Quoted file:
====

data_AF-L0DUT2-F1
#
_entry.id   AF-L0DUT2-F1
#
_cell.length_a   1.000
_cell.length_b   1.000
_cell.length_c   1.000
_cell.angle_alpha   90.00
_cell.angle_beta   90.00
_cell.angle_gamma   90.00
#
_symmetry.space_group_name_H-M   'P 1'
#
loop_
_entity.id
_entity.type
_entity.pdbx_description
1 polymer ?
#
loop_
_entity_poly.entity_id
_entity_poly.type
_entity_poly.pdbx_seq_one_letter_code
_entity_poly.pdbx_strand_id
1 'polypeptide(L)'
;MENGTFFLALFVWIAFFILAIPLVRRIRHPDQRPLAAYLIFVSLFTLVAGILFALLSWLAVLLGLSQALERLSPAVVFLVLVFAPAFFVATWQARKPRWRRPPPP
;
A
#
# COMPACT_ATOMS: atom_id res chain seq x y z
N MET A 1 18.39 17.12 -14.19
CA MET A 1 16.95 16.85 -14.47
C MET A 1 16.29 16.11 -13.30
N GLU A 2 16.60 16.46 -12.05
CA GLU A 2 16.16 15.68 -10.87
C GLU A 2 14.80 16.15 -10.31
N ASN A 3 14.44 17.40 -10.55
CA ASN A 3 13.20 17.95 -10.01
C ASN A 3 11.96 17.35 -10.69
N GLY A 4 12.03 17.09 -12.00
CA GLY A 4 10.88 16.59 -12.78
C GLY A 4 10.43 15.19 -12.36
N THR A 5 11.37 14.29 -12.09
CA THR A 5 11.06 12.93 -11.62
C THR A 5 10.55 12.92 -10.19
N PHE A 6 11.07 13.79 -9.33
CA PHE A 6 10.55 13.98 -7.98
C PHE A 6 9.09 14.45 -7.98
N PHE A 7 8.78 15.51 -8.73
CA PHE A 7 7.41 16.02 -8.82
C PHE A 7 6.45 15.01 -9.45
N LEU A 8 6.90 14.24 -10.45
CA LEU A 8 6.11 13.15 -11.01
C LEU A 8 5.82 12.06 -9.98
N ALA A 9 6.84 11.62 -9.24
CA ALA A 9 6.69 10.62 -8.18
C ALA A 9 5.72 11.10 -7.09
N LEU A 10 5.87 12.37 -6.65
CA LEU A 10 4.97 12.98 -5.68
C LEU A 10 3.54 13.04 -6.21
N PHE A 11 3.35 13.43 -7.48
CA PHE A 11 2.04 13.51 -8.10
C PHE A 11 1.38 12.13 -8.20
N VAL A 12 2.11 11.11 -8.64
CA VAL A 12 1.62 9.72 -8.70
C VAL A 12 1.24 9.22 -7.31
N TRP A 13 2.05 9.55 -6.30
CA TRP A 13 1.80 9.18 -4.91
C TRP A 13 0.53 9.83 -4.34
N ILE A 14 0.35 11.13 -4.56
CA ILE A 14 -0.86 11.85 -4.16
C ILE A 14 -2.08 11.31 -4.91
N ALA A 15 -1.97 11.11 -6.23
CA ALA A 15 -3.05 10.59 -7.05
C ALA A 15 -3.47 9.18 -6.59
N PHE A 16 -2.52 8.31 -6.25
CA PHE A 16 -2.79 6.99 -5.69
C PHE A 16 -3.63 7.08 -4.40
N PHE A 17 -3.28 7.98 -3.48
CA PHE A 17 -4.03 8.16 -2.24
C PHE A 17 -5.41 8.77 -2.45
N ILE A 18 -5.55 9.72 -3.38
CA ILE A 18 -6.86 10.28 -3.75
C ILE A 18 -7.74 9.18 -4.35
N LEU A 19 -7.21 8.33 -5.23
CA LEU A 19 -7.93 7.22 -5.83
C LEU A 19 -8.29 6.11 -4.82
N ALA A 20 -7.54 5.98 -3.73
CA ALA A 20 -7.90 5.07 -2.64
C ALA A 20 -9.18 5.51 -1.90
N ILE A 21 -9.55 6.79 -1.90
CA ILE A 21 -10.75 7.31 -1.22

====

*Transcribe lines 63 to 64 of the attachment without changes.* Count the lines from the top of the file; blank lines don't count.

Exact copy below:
C PHE A 11 1.38 12.13 -8.20
N VAL A 12 2.11 11.11 -8.64